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Episode 686             Episode 688
Episode 687

Emesa helmet
Sat, 2019-Mar-23 00:45 UTC
Length - 2:49

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Welcome to featured Wiki of the Day where we read the summary of the featured Wikipedia article every day.

The featured article for Saturday, 23 March 2019 is Emesa helmet.

The Emesa helmet (also known as the Homs helmet) is a Roman cavalry helmet from the early first century AD. It consists of an iron head piece and face mask, the latter of which is covered in a sheet of silver and presents the individualised portrait of a face, likely its owner. Decorations, some of which are gilded, adorn the head piece. Confiscated by Syrian police soon after looters discovered it amidst a complex of tombs in the modern-day city of Homs in 1936, the helmet was eventually thoroughly restored at the British Museum, and is now in the collection of the National Museum of Damascus. It has been exhibited internationally, although as of 2017, due to the Syrian Civil War, the more valuable items owned by the National Museum are hidden in underground storage.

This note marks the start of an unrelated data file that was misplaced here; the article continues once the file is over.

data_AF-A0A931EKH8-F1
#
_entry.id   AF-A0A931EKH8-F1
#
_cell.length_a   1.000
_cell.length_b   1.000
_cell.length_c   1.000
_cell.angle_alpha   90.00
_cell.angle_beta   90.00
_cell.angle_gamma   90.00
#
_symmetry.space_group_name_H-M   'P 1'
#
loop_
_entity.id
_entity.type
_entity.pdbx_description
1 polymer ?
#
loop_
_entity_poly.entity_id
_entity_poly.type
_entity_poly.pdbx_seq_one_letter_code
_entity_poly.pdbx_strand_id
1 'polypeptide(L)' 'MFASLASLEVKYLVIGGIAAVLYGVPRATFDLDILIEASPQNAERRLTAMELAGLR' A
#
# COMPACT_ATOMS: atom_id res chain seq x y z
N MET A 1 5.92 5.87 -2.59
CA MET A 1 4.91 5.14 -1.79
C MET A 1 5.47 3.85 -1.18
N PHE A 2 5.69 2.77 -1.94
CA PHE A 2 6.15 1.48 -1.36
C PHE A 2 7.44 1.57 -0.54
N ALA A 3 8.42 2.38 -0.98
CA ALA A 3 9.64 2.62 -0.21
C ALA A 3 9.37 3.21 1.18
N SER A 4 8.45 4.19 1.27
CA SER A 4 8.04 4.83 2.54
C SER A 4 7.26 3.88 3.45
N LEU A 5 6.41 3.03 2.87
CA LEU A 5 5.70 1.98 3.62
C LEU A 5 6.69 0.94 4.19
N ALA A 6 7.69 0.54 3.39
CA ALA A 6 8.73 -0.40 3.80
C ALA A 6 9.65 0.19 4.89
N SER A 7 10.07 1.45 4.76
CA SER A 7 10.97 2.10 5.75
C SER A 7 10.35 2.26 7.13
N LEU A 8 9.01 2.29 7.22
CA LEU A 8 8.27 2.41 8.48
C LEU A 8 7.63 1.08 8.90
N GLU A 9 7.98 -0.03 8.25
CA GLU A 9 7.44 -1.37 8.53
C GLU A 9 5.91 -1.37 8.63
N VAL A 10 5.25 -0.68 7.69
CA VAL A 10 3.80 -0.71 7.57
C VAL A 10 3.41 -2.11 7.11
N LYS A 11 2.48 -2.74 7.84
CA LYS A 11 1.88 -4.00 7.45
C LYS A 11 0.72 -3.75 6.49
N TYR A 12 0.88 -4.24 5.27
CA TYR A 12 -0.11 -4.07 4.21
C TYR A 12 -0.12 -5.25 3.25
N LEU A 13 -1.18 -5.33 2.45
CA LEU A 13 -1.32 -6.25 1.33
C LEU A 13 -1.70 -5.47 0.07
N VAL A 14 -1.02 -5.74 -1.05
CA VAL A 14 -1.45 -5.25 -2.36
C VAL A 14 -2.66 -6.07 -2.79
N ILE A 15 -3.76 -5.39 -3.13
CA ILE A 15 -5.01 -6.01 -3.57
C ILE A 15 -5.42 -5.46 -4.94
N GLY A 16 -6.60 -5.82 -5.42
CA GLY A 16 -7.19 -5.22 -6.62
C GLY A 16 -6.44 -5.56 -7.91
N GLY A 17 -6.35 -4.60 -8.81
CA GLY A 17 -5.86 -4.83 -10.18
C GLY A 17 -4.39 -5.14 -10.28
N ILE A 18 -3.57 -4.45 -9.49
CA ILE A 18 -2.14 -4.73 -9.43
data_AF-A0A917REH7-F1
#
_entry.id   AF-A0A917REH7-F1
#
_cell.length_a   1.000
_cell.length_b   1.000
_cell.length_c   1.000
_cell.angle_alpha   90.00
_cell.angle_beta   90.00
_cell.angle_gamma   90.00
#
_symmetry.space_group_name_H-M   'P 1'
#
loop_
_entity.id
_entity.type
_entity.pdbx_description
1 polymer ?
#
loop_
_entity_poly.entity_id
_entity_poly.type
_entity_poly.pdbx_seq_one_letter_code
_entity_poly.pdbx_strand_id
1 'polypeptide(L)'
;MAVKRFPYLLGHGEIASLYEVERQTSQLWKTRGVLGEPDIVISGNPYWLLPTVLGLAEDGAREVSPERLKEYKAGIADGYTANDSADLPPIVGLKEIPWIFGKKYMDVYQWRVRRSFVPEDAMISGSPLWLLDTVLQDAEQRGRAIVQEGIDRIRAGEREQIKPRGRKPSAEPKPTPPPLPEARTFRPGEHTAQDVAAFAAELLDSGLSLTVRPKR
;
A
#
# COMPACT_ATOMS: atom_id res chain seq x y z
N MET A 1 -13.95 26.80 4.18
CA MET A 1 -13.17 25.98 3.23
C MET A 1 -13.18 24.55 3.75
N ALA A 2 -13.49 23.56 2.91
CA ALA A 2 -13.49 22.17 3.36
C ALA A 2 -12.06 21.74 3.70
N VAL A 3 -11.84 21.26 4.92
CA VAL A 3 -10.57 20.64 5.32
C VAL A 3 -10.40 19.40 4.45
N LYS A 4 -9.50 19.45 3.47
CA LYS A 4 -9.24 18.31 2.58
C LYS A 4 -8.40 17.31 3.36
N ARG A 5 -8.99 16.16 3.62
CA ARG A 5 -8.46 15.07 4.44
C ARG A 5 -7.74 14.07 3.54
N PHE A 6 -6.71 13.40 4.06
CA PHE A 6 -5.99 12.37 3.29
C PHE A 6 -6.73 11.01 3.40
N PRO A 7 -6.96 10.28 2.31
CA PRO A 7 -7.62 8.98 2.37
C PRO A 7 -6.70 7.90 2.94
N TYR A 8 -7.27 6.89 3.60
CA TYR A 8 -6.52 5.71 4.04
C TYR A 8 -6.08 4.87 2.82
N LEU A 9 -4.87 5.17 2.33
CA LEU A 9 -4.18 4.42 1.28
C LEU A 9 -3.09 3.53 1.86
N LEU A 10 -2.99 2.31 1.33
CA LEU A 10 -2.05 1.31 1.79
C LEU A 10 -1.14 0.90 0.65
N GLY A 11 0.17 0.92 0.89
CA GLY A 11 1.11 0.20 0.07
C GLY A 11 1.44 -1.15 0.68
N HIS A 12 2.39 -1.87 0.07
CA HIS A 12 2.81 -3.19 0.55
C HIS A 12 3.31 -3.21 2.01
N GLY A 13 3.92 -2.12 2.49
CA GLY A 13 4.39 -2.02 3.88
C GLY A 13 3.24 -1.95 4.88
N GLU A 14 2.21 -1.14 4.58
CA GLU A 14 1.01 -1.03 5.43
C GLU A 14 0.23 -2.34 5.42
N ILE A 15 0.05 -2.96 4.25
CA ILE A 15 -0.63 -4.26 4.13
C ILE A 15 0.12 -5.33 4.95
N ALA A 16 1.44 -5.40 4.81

Ornately designed yet highly functional, the helmet was probably intended for both parades and battle. Its delicate covering is too fragile to have been put to use during cavalry tournaments, but the thick iron core would have defended against blows and arrows. Narrow slits for the eyes, with three small holes underneath to allow downward sight, sacrificed vision for protection; roughly cut notches below each eye suggest a hastily made modification of necessity.

The helmet was found in a tomb near a monument to a former ruler of Emesa and, considering the lavishness of the silver and gold design, likely belonged to a member of the élite. As it is modelled after those helmets used in Roman tournaments, even if unlikely to have ever been worn in one, it may have been gifted by a Roman official to a Syrian general or, more likely, manufactured in Syria after the Roman style. The acanthus scroll ornamentation seen on the neck guard recalls that used on Syrian temples, suggesting that the helmet may have been made in the luxury workshops of Antioch.

This recording reflects the Wikipedia text as of 00:45 UTC on Saturday, 23 March 2019.

For the full current version of the article, see Emesa helmet on Wikipedia.

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